Film use on campus challenged

Memo raises questions about what’s legal when showing movies on campus


Sarah Lentz, Staff Writer

Earlier this semester, the Office of Student Activities sent out an email to clubs and faculty, alerting them to the fact that showing films on campus and in dormitory lobbies can infringe upon copyright law.

The message from Student Activities director Bart Carithers has raised concern from some faculty members and club advisors.

Copyright law is complicated and confusing. It all comes down to either following the letter of the law or the spirit of it.

According to title 17 of the U.S. copyright law, movies are allowed to be shown on campus only when used instructionally for a class in a classroom or similar location.

No dormitory lobbies, no libraries and nothing that isn’t being shown for an accredited class. The instructor of the class must be able to show how viewing the copyrighted material adds to educational experience of the set class.

If the college is determined to follow the letter of the to a “t,” it seems like the only distinction of what is and is not legal comes down to location.

If students want to get together to watch movies in their residence hall, it’s okay to do so in a dorm room but not a lobby. If instructors who double as club advisors want to show films in class, it’s lawful, but outside of class–even in a classroom—it’s not. Should the same group of people decide to do the same thing in a private home, it would be legal.

Some argue that even though the wording of the law is set, people should focus on the spirit of the law.

“Words in law like copyright law are generated by humans, and these words are always open to interpretation,” Dr. Mark Leeper, constitutional law professor, said. “Even though the words seem to suggest you can’t play DVDs on campus without a license, you need to step back and look at what they’re trying to protect and why. The spirit of the law is to prevent large-scale public screenings that hurt artists financially.”

Looking at the nature of copyright law is an idea echoed by Maureen Carrigg, associate professor of electronic media.

“The fact that you can’t have three or four people sit down and watch a film, I don’t think that’s the true nature of the rule or why they put that in there,” Carrigg said.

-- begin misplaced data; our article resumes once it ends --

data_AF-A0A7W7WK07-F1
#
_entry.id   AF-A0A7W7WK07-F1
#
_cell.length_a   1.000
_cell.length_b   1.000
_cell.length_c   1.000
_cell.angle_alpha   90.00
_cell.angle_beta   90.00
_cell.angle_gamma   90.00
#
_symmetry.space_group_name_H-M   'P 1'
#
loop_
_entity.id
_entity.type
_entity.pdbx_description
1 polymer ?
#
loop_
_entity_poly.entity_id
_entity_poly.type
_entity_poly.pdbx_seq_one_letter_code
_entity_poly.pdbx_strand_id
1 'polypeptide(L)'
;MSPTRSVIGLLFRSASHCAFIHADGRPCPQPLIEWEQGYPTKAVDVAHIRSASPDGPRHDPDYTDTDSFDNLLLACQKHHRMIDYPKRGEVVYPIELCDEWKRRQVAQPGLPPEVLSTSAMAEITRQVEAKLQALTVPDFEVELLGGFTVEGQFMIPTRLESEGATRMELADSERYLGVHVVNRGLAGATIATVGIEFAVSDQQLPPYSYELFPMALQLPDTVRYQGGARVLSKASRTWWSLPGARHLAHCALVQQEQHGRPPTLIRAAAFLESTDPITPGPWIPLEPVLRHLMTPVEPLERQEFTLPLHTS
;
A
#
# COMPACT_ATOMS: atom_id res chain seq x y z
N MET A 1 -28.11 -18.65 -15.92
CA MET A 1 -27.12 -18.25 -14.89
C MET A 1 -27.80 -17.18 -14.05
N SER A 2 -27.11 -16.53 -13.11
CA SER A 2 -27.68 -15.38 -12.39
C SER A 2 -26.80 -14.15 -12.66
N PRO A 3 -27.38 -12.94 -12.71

Unfortunately, if the powers that be decide only to focus on the letter of the law, clubs are barred from showing copyright material without receiving public performance rights.

Even though the showing of foreign films in organizations like German and Spanish clubs and Sigma Delta Pi lead to learning opportunities, it does not fall under the protection granted only to class use.

“Movies have the strongest link to the culture of the countries we’re studying. I feel the clubs should be allowed to show films. I see it as part of our educational mission,” Dr. Catherine Rudin, advisor to Alpha Mu Gamma, a foreign language honorary organization, said.

If the policy stands, Rudin and perhaps others will have to change the way they do business in the classroom as well.

“I require my students to go to at least one activity a semester and that includes movies,” Rudin said.

If a classroom is okay as a film site at one point in the day, then some feel it should be permissible at any point.

“Foreign movies are a great way to learn. For all the movies we have shown, the teacher has been present,” said Dr. Adolfo Cacheiro, advisor of Sigma Delta Pi, the Spanish honor society.

If clubs wish to continue screening films, they “may request an allocation from Student Senate during the spring budget hearings. They may be eligible for a special allocation during the academic year if Senate approves their request,” according to Carithers.

There are places instructors who want to show films can turn to, including licensing companies. For instance, WSC contracts with Swank Motion Pictures to be able to show films that haven’t been released on DVD yet.

“We have a service called NETCHE, and it’s supported by Nebraska Educational Televison (NET),” Carrigg said. “Faculty can go on the NET website and, since Wayne State is a mirror site for hosting Annenburg/CPB (Corporation for Public Broadcasting), they have a list of movies they have the licenses for.”

“So groups on campus should see if there is something they’re interested in.”